Published: 07/02/2020 - Updated: 07/09/2020
Author: Prof. Dr. Luis Ruiz-Garcia, PhD
Parsley (Petroselinum spp.) is a plant widely used for cooking and as a natural remedy. It has remarkable medicinal properties for the kidneys and the digestive system. It is good against cramps and to reduce gas. It is also used to induce menstruation (1).
Traditionally it has also been used as a folk remedy for halitosis or bad breath, but does it really remove bad breath? Is it advisable to use this plant against halitosis?
Organoleptic properties of parsley
Among the main characteristics of parsley is its fresh aroma and high chlorophyll content (which is why it gives the sauces and condiments their characteristic green colour).
It has a very characteristic smell that we usually associate with different recipes or dishes where it is a main ingredient. Also when it is grown in the garden, it gives off that very pleasant peculiar smell.
Its high content of chlorophyll makes it have that bright and attractive green, which we are used to seeing.
Chlorophyll and bad breath
Chlorophyll is a green pigment, which plants have, which intervenes during the process of photosynthesis. It is a compound of great importance, since without chlorophyll there could be no life on earth.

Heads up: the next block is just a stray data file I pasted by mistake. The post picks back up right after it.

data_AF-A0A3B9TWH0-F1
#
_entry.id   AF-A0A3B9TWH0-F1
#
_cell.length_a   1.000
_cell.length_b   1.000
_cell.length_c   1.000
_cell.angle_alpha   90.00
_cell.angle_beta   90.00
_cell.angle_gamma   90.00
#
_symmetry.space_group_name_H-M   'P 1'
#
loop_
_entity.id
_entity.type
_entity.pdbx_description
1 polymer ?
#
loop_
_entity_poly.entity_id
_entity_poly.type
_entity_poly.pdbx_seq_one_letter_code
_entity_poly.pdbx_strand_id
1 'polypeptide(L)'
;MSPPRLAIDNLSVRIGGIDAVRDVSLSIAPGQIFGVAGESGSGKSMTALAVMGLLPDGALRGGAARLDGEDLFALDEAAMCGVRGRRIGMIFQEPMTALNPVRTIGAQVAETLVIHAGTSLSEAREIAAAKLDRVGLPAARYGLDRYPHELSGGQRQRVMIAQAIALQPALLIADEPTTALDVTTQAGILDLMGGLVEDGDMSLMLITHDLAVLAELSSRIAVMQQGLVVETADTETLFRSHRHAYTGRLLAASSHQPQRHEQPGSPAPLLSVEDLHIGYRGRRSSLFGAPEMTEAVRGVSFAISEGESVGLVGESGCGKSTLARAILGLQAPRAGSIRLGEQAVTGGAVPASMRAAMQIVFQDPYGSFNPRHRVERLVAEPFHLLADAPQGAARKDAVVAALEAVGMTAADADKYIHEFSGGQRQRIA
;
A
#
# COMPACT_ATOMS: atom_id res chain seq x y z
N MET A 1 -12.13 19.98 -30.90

Chlorophyll fad in the United States
In the 1950s, several studies were conducted on the effect of chlorophyll on health and this made it fad in the United States. According to these studies, taking chlorophyll was a very good remedy for bad breath and body odor. The main researchers who worked on this were Dr. Benjamin Gruskin and Dr. F. Howard Westcott (2).
However, these studies are currently debunked. According to the National Council Against Health Fraud, chlorophyll cannot be absorbed into the human body and therefore cannot have beneficial effects on people with halitosis or body odor (3).
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On the other hand, there are also some scientific studies that state that parsley can eliminate bad smells due to sulphur compounds, such as those that cause bad breath, although these studies have not been carried out on people (4).
In this line, there are studies that have examined the effects of parsley in the mouth and have found that it can have a small initial effect of reducing bad odour (halitosis or bad breath), mainly because it masks it, but that it does not actually reduce the amount of sulphur compounds in the mouth (5).
According to this scientific study, green tea proves to be very effective in reducing bad breath over a longer period of time. In contrast, chewing gum, mint or parsley seed oil do not.
Parsley is a healthy food with multiple properties, but there is little scientific evidence that parsley can counteract bad breath.
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